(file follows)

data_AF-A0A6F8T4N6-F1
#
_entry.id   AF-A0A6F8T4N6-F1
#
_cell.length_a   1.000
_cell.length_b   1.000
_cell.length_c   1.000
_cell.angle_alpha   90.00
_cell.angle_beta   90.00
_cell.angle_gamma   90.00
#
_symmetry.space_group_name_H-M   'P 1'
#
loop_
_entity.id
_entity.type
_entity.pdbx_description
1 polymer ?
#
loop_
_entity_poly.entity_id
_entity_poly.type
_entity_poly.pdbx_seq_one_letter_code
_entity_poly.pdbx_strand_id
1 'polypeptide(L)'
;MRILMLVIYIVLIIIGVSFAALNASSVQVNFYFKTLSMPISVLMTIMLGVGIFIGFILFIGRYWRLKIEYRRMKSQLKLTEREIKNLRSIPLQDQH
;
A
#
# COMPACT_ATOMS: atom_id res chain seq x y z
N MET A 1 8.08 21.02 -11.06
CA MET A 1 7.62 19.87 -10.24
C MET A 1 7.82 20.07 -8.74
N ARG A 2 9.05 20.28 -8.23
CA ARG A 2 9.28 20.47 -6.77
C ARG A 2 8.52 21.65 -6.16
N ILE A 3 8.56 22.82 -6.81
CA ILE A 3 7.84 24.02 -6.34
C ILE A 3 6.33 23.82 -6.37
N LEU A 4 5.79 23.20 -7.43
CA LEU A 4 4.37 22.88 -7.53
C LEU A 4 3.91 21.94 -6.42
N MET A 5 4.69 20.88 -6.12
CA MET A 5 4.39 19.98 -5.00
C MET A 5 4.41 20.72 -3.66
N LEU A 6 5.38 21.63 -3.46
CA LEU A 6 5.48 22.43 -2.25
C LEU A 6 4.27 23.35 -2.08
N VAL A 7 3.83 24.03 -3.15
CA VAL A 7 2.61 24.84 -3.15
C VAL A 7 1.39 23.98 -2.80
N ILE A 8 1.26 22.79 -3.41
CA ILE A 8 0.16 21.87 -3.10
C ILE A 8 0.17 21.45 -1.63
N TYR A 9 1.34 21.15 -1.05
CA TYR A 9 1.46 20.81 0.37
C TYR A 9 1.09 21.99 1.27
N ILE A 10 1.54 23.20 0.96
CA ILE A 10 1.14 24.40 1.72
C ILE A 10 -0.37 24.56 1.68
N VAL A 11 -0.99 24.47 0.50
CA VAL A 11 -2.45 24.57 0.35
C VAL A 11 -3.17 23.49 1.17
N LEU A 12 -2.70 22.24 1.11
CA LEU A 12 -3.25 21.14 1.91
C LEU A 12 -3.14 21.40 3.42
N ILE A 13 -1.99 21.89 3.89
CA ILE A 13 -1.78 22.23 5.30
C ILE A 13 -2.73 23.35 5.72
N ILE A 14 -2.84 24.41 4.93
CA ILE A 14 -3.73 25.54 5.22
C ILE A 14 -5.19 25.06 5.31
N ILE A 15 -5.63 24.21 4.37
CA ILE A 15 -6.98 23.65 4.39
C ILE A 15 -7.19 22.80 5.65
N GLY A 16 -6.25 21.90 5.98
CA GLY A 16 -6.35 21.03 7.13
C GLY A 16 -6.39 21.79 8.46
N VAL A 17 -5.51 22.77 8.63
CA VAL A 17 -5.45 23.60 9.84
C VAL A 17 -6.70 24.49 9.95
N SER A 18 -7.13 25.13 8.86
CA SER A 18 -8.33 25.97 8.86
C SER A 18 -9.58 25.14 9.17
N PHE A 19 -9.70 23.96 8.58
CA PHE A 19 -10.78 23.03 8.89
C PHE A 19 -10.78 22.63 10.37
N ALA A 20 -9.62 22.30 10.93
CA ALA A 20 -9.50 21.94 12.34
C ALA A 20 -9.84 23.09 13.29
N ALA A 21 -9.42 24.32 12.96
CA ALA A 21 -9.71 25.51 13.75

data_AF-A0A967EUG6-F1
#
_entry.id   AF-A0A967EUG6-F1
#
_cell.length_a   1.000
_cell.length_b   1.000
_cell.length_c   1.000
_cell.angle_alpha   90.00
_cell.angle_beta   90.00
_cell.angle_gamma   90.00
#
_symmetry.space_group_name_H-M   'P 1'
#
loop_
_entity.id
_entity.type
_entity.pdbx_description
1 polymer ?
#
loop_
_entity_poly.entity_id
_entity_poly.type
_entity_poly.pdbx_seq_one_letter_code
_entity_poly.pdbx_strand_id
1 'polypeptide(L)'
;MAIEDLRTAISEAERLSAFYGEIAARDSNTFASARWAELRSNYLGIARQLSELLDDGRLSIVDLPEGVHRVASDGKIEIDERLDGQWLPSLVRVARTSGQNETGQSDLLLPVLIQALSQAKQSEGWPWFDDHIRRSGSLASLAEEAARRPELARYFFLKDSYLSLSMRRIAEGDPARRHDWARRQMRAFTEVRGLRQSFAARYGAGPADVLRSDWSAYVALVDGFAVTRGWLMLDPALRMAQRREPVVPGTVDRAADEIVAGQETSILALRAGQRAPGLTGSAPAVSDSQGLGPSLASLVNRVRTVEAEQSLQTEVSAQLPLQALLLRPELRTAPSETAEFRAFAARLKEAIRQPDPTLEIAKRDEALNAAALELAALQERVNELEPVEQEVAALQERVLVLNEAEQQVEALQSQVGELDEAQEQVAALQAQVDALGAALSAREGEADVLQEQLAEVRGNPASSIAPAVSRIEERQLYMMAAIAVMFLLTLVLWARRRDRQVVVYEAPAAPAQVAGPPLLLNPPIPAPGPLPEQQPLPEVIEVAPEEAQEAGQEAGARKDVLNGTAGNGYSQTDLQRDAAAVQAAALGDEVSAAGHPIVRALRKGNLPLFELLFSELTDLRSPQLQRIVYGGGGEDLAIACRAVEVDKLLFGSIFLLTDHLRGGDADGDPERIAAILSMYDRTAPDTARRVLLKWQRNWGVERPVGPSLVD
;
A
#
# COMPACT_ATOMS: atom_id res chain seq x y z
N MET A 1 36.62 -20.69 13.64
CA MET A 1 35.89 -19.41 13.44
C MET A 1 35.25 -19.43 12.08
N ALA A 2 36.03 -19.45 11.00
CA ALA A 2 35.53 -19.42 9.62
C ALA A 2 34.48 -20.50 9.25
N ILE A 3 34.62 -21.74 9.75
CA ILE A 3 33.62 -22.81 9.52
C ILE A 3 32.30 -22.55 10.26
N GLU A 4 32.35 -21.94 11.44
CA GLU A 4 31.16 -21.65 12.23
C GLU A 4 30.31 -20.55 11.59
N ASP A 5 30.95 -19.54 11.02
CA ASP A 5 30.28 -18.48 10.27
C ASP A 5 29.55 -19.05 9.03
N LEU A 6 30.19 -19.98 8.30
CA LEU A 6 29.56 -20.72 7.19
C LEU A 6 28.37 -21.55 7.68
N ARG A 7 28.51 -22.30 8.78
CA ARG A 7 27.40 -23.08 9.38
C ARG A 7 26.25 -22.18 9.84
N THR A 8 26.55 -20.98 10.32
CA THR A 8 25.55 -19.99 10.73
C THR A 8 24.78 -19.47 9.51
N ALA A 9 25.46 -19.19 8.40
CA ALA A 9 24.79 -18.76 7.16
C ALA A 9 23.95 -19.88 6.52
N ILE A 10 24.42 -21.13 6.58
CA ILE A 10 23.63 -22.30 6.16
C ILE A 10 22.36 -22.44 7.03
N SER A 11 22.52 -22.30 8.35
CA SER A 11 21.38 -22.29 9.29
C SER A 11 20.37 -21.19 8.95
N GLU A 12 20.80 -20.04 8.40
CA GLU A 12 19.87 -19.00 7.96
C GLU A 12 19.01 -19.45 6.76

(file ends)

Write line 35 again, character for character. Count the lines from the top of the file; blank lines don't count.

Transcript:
CA ARG A 2 9.28 20.47 -6.77